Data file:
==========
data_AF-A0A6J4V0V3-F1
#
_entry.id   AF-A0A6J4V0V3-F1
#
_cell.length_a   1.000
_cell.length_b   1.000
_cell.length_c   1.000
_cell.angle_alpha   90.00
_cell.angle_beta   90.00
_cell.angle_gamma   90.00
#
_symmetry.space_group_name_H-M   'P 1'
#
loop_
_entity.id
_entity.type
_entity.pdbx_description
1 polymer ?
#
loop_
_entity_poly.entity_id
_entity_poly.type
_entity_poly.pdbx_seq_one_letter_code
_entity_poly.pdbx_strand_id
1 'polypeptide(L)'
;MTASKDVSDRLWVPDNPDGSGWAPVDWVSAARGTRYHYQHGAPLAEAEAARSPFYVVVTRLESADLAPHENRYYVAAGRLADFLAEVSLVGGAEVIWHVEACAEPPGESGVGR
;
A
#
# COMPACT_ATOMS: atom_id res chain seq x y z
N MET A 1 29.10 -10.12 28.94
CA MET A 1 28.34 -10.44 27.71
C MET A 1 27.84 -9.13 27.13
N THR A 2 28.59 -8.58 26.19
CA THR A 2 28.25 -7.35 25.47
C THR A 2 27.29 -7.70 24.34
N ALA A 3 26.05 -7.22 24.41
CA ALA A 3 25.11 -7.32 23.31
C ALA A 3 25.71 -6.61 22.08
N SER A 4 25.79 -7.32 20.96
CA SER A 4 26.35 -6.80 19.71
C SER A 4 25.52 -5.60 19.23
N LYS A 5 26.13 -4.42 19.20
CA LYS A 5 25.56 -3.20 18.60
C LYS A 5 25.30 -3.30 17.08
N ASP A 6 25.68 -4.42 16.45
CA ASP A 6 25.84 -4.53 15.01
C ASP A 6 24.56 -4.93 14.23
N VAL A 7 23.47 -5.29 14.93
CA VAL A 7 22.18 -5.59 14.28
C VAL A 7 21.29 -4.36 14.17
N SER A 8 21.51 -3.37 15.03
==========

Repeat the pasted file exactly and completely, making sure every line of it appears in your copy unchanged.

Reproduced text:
data_AF-A0A6J4V0V3-F1
#
_entry.id   AF-A0A6J4V0V3-F1
#
_cell.length_a   1.000
_cell.length_b   1.000
_cell.length_c   1.000
_cell.angle_alpha   90.00
_cell.angle_beta   90.00
_cell.angle_gamma   90.00
#
_symmetry.space_group_name_H-M   'P 1'
#
loop_
_entity.id
_entity.type
_entity.pdbx_description
1 polymer ?
#
loop_
_entity_poly.entity_id
_entity_poly.type
_entity_poly.pdbx_seq_one_letter_code
_entity_poly.pdbx_strand_id
1 'polypeptide(L)'
;MTASKDVSDRLWVPDNPDGSGWAPVDWVSAARGTRYHYQHGAPLAEAEAARSPFYVVVTRLESADLAPHENRYYVAAGRLADFLAEVSLVGGAEVIWHVEACAEPPGESGVGR
;
A
#
# COMPACT_ATOMS: atom_id res chain seq x y z
N MET A 1 29.10 -10.12 28.94
CA MET A 1 28.34 -10.44 27.71
C MET A 1 27.84 -9.13 27.13
N THR A 2 28.59 -8.58 26.19
CA THR A 2 28.25 -7.35 25.47
C THR A 2 27.29 -7.70 24.34
N ALA A 3 26.05 -7.22 24.41
CA ALA A 3 25.11 -7.32 23.31
C ALA A 3 25.71 -6.61 22.08
N SER A 4 25.79 -7.32 20.96
CA SER A 4 26.35 -6.80 19.71
C SER A 4 25.52 -5.60 19.23
N LYS A 5 26.13 -4.42 19.20
CA LYS A 5 25.56 -3.20 18.60
C LYS A 5 25.30 -3.30 17.08
N ASP A 6 25.68 -4.42 16.45
CA ASP A 6 25.84 -4.53 15.01
C ASP A 6 24.56 -4.93 14.23
N VAL A 7 23.47 -5.29 14.93
CA VAL A 7 22.18 -5.59 14.28
C VAL A 7 21.29 -4.36 14.17
N SER A 8 21.51 -3.37 15.03